My over-wintered kale decided it was time to produce seeds in March. We had unusually warm weather in February and March which triggered the kale clock to get on with it and produce the next generation. It bolted, forming single towering stalks with flowers. Normally when vegetable greens bolt they become tough and bitter, good fodder for the compost pile but not good eating. However, the flowers looked so inviting that I pinched off a bud cluster and popped it in my mouth. The bud cluster was mild and sweet and tender! Almost like young broccoli, but milder and much sweeter. I ventured further down the stalk, breaking off pieces, trying them for tenderness and taste. The thin flowering stalks were fine, turning tough only when the stalk was approaching 3/4 inch in diameter. Even the leaves coming off the stalk were not bitter.
I stopped grazing. Using kitchen shears, I cut all the flowering stalks off about a foot down, took them to the kitchen and then looked for recipes. My take on a stir-fry type recipe follows at the end of this post. But first let me tell you what has happened since March.
The first flowers went for food. A few days later more flowering stalks shot out the sides of the plants, at leaf junctions. These plants are determined to make seeds. A lucky genetic imperative for the garden harvester. Also lucky that the weather turned as cold and wet as a typical Spring here on Puget Sound. I think the continuing cool temperatures are keeping the kale sweet and tender. And the plants continue to produce flowers, which I try to pick before the buds open. I don’t know how long this lucky harvest will last. When warmer weather arrives (soon, I hope) will the kale buds become bitter? Alas, the kale will have to go in mid May anyway, when the summer crops need planting.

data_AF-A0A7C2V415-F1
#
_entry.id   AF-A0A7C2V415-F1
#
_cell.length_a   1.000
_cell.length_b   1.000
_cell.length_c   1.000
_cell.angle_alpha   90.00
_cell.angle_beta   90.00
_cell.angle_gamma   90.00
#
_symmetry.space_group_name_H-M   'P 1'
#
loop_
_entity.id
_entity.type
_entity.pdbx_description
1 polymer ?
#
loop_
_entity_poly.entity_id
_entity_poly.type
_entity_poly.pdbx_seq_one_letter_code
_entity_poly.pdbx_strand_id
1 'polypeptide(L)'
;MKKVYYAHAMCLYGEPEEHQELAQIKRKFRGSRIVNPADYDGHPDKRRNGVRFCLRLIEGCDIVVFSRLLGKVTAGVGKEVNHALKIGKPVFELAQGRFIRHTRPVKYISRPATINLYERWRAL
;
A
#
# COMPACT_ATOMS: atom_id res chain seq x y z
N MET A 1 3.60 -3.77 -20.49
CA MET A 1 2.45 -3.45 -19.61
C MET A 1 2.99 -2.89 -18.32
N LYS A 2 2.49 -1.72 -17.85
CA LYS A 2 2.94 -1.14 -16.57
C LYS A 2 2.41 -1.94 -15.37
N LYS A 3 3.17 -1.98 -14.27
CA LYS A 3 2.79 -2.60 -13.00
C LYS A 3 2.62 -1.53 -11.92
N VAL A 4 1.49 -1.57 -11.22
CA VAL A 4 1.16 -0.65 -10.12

Here’s a quick recipe for the kale flowers. Chop the stalks to about 2 inches in length, but keeping the flower buds intact. If the stalk resists the knife, it’s tough, so keep cutting up the stalk until you get to an easy-to-cut area. Discard the tough stalks.
Stir Fried Kale Flowers
- 2 T. canola oil
- 1 T. peanut oil
- 2-10 cloves garlic, depending on how much you like garlic. I used 10.
- 4-6 C. Kale blossoms, leaves and tender stalks. Cut stalks into 2 inch pieces, leave blossom stalks 4-6 inches long.
- 1 C. leeks, chopped into 2 inch pieces
- glug of soy sauce, what, about 1-2 tablespoons
- 1-3 t. ground ginger (or more, depending..)
- pinch or so of red pepper flakes
- cornstarch slurry to thicken sauce (about 1 tbs. cornstarch in 2 tbs. cold water
- Heat oils in hot pan.
- Add garlic, stir around for about 2 minutes.
- Add ginger, red pepper flakes and soy sauce. Stir and then add the kale.
- Stir the kale until bright green and wilted
- Add water and leeks.
- Cover pan and let steam for 3-5 minutes, until green leek parts are tender.
- Pour in cornstarch slurry to thicken.
- Serve with rice.